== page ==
NEW YORK (March 1, 2022) – PHI today announced a partnership with New Jersey Advocates for Aging Well – a statewide organization that focuses solely on leadership in public policy and education to support New Jersey’s seniors – to co-lead a multi-year program policy advocacy effort focused on strengthening the state’s direct care workforce.
This partnership is part of PHI’s Essential Jobs, Essential Care™ multi-state advocacy initiative, which launched in 2020 and currently includes Michigan, New Mexico, New York and North Carolina. New Jersey becomes the fifth state to join this initiative.
“This partnership and focus on direct care staff will be a key part of age-friendly efforts throughout New Jersey,” said Cathy Rowe, DrPH, executive director of New Jersey Advocates for Aging Well.
“We must prepare not only for an aging population, but also for the workforce needed to help our state’s residents age with dignity and independence,” Rowe added.
“We are thrilled to partner with New Jersey Advocates for Aging Well to help transform New Jersey’s direct care jobs and build on our history of success in the state,” said Jodi M. Sturgeon, president of PHI.
“As the COVID-19 pandemic has made even clearer, direct care workers across New Jersey deserve support and recognition for their essential work,” Sturgeon added.
Although more than 101,000 New Jersey social workers provide essential support to seniors and people with disabilities statewide, their jobs are often characterized by inadequate pay, limited training and advancement opportunities, and other challenges related to poor job quality. As a result, almost 40% of direct state social workers live in or near poverty, and 41% have access to some form of public assistance.
These challenges are also driving direct care providers away from this sector, making it harder for providers to meet current and growing demand. In this context, PHI estimates that New Jersey long-term care employers will need to fill nearly 179,000 vacancies in direct care from 2018 to 2028, which includes new jobs to meet growing demand and jobs that must be filled when existing workers are transferred to other occupations or leave the labor market.
This joint advocacy initiative will bring together diverse stakeholders from across New Jersey to identify and champion a range of policy solutions that address these and other challenges.
ABOUT ESSENTIAL JOBS, ESSENTIAL CARE NEW JERSEY
Through Essential Jobs, Essential Care New Jersey, PHI and New Jersey Advocates for Aging Well will convene a steering committee and a diverse coalition of state and local leaders and advocates from various sectors to advance policy reforms on this workforce .
In other essential jobs, Essential Care Initiative states, PHI and its coalition partners have successfully brought together a range of leaders and advocates to discuss pressing issues, find commonalities, create roadmaps of advocacy with concrete political goals and activities, achieving short-term political victories. term and build advocacy capacity.
An upcoming progress report from PHI details the notable successes of the Essential Jobs, Essential Care initiative.
In November 2020, building on years of policy and practice work in New Jersey, PHI released a policy report on the state’s direct care workforce and held a virtual discussion with key leaders to discuss the findings of the report. Participants in the discussion overwhelmingly agreed that creating a multi-year joint advocacy initiative in the state was the most critical next step.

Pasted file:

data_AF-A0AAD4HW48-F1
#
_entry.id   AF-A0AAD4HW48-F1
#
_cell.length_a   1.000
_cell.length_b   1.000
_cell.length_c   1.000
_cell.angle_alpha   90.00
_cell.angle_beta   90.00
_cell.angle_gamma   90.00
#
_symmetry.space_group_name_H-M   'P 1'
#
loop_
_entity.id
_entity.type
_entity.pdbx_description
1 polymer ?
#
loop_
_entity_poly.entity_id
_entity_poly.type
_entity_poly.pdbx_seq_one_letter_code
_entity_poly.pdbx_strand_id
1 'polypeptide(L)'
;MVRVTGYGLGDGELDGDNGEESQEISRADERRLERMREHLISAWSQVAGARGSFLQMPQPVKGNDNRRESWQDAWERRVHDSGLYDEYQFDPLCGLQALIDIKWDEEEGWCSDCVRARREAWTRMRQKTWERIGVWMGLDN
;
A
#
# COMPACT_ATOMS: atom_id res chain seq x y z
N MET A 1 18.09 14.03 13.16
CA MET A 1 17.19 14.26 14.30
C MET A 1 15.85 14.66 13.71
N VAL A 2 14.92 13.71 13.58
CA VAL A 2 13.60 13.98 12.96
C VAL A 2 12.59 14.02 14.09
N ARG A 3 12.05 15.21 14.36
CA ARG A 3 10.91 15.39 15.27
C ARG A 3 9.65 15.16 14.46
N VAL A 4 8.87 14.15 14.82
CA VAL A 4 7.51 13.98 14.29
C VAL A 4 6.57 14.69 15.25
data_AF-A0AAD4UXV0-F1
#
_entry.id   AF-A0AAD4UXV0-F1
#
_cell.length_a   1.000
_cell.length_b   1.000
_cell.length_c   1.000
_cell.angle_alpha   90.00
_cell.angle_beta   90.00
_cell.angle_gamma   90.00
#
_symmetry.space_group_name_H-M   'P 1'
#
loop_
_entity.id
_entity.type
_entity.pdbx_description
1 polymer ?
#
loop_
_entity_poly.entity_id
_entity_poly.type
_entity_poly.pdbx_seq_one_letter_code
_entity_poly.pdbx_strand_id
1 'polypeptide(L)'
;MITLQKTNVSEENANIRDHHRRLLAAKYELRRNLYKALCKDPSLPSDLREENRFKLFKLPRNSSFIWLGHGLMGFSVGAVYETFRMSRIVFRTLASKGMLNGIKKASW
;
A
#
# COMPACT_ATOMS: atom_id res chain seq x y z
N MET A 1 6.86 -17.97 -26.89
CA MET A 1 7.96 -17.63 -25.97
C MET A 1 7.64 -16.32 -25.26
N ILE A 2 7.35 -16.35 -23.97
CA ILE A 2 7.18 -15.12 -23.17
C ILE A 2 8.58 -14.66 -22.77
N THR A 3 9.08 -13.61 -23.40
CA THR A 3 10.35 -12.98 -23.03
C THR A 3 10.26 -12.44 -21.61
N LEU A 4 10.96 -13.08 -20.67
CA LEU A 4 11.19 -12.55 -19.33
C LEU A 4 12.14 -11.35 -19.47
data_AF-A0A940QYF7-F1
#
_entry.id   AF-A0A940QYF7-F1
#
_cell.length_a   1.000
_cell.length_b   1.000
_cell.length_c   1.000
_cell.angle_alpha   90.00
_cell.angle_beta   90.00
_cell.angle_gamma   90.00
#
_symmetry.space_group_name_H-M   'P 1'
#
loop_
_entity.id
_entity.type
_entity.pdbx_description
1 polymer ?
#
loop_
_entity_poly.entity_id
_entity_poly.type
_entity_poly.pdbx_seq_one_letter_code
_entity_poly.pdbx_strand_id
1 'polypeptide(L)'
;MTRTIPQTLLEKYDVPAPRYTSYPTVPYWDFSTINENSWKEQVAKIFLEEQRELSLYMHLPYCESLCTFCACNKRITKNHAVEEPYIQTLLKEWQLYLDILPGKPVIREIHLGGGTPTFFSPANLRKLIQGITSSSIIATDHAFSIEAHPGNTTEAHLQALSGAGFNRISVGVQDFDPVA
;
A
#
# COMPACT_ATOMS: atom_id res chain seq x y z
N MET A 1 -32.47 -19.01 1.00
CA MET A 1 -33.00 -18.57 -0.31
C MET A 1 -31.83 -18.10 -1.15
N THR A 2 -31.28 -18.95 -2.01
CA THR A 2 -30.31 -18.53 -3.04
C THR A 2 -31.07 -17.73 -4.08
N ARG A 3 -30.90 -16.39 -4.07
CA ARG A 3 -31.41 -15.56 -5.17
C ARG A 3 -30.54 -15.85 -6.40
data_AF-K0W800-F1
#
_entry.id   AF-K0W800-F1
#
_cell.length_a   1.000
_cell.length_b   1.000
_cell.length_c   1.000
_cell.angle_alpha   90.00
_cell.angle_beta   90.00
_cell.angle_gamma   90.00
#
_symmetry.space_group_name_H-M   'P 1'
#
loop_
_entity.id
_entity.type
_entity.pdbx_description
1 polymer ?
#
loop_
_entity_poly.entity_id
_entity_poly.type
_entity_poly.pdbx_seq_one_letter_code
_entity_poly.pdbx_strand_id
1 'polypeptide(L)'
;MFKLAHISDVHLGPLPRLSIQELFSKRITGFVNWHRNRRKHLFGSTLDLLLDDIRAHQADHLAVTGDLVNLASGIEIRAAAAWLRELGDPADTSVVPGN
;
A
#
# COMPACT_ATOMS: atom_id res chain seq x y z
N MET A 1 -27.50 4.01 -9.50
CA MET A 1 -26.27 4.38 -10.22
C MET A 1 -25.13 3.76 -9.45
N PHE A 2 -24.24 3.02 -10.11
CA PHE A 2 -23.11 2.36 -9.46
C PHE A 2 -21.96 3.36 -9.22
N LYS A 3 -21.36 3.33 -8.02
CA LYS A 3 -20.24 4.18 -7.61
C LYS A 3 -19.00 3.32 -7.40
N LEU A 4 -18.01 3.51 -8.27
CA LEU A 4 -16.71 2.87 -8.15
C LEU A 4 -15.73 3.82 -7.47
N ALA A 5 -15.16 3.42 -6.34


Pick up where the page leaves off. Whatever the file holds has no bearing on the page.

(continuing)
New Jersey has also made strides toward improving direct care jobs in recent years.
For example, in July 2021, New Jersey Governor Phil Murphy earmarked $240 million for salary increases for direct support professionals, certified nursing aides, orderlies, Medicaid transportation providers, and nurses. nurseries.
Additionally, earlier this year, Governor Murphy signed into law a bill that earmarks $1 million to create pipelines and career advancement opportunities for direct support professionals, a segment of the workforce. of direct care that supports people with intellectual and developmental disabilities.
Despite these early victories, further policy advances will be needed to strengthen and stabilize New Jersey’s direct care workforce.
“New Jersey has made remarkable progress on direct care workforce policy over the past few years, and we are excited to work with New Jersey Advocates for Aging Well and other leaders across the State to help create a new reality for this essential but undervalued workforce,” said Hannah Diamond, State Policy Advocacy Specialist at PHI and Organizational People Lead for Essential Jobs, Essential Care New Jersey.
This New Jersey initiative is generously funded by the Henry and Marilyn Taub Foundation.
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NJ Stands for Aging Well (NJAAW, njaaw.org) has been at the forefront of the aging experience revolution since 1998. It is the only statewide nonprofit organization focused solely on leadership in public policy and education to enable older people to live with independence and dignity in their communities. NJAAW social action issues include senior housing and hunger, senior economic security, older workers, and transportation. Aging Insights, a monthly themed television show produced by NJAAW, connects caregivers, older adults and their families to community services and resources. The show is available on NJAAW Youtube channel at youtube.com/njadvocatesforagingwell and website, as well as public access stations across NJ (check local listings for channels and times). NJAAW also presents educational forums and an annual conference (June 13, 2022) providing development opportunities and best practices for professionals responsible for caring for aging adults. Follow NJAAW on Facebook and Instagram @njadvocatesforagingwell and Twitter @njagingwell.
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